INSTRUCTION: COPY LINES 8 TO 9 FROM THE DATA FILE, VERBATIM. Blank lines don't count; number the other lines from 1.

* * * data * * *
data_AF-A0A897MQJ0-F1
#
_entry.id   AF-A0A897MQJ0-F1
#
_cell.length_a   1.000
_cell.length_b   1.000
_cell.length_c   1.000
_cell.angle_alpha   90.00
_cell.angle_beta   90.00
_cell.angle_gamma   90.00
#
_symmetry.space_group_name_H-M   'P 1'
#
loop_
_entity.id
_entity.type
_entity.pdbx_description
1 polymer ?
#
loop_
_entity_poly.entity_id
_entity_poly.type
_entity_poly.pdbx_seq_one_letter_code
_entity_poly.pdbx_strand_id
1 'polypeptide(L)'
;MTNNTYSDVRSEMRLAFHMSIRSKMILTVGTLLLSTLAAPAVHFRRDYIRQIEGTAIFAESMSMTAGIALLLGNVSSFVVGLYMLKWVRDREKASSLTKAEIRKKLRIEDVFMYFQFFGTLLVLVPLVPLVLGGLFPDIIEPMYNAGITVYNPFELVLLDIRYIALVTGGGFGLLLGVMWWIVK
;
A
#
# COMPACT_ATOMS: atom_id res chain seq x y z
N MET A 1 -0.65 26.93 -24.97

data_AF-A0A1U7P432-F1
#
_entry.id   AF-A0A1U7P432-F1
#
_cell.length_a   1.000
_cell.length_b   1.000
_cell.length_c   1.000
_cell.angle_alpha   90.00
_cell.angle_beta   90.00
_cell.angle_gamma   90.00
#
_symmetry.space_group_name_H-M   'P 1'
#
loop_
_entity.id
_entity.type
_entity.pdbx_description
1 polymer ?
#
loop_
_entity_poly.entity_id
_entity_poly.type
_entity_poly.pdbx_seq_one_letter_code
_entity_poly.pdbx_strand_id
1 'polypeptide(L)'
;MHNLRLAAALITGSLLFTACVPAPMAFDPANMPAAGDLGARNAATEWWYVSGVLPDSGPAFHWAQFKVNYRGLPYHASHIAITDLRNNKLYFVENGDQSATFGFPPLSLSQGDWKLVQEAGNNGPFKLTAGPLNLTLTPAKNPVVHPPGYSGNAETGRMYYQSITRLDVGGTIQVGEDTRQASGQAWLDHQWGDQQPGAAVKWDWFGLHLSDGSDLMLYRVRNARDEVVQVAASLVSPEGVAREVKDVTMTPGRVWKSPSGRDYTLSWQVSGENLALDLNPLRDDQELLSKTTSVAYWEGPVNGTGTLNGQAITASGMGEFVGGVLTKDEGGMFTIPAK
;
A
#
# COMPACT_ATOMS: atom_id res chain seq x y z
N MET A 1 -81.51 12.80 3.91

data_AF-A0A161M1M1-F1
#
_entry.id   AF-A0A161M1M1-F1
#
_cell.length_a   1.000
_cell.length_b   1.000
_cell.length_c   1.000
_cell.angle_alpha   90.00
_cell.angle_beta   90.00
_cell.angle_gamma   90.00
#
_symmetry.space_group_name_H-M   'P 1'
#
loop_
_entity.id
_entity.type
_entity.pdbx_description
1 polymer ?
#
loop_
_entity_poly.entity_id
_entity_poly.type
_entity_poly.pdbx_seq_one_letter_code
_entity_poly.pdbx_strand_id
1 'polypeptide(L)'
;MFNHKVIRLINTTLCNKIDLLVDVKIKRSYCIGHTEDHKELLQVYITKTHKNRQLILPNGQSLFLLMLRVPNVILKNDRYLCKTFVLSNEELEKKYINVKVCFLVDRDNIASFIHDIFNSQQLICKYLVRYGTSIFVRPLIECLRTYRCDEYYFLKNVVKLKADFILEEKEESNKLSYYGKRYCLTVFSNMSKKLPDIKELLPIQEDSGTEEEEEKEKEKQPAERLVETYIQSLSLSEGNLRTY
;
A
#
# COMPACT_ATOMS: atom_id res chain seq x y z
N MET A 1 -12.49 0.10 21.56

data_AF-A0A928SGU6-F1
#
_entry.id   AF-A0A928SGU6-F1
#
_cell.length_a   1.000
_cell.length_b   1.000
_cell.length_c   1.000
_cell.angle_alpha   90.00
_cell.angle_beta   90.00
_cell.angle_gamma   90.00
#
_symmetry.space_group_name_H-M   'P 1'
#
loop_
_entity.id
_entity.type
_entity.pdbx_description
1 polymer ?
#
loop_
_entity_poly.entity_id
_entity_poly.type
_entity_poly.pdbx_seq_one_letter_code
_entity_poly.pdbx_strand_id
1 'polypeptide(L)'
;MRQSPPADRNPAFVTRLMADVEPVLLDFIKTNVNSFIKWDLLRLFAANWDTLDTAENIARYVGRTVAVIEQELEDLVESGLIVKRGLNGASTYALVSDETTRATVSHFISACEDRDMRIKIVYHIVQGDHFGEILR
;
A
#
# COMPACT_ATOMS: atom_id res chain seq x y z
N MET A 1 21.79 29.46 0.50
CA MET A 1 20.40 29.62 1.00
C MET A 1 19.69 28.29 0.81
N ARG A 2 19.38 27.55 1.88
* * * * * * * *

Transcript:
_cell.angle_alpha   90.00
_cell.angle_beta   90.00